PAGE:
The Hearing Panel provided substantial reasons for why it could not approve or rely on Corix’s projected 2023-2025 allocations. Accordingly, the Review Panel found that Corix failed to demonstrate any error of fact or mixed fact and law in the Hearing Panel’s decision to fix a total allocated costs amount for corporate services, regional services and common administrative services based on the average of Corix’s actual 2017-2021 costs, adjusted for inflation.
The AUC, however, found that the Hearing Panel made an error of fact by not including any amount for billing and customer services costs in the amount approved for Corix’s total allocated costs amount. The average of Corix’s actual 2017-2021 amount for billing and customer service costs, adjusted for inflation, should have been included as a common administrative cost in determining the total allocated costs amount. Accordingly, the AUC decided to hear this issue as an error of fact in a Stage 2 proceeding.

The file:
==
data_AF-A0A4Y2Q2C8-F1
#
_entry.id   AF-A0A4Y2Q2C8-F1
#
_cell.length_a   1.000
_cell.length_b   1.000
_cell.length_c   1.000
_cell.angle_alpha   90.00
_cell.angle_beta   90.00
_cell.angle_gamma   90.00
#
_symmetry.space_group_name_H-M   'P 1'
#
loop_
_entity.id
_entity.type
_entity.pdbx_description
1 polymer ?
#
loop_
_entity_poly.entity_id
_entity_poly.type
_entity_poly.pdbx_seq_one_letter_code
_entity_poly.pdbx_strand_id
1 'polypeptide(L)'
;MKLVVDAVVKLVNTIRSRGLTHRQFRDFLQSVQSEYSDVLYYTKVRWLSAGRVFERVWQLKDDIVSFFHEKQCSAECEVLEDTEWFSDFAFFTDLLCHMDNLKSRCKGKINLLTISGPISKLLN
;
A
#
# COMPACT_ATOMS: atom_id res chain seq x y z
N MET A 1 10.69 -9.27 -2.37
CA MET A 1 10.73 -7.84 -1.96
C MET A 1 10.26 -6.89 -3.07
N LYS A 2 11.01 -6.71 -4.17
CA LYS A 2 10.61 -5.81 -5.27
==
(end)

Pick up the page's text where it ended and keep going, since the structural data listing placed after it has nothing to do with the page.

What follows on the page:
The Hearing Panel considered French Creek, a water utility owned by a subsidiary of EPCOR Distribution and Transmission Inc. to be the best comparator on the record for Corix with regard to the level of allocated costs. The Hearing Panel clarified that it did not conduct a strict line-by-line comparison between Corix and French Creek but considered French Creek as a comparator for Corix’s allocated costs, in conjunction with the AUC’s expertise and Corix’s historical costs. The AUC found no error of fact in this comparison.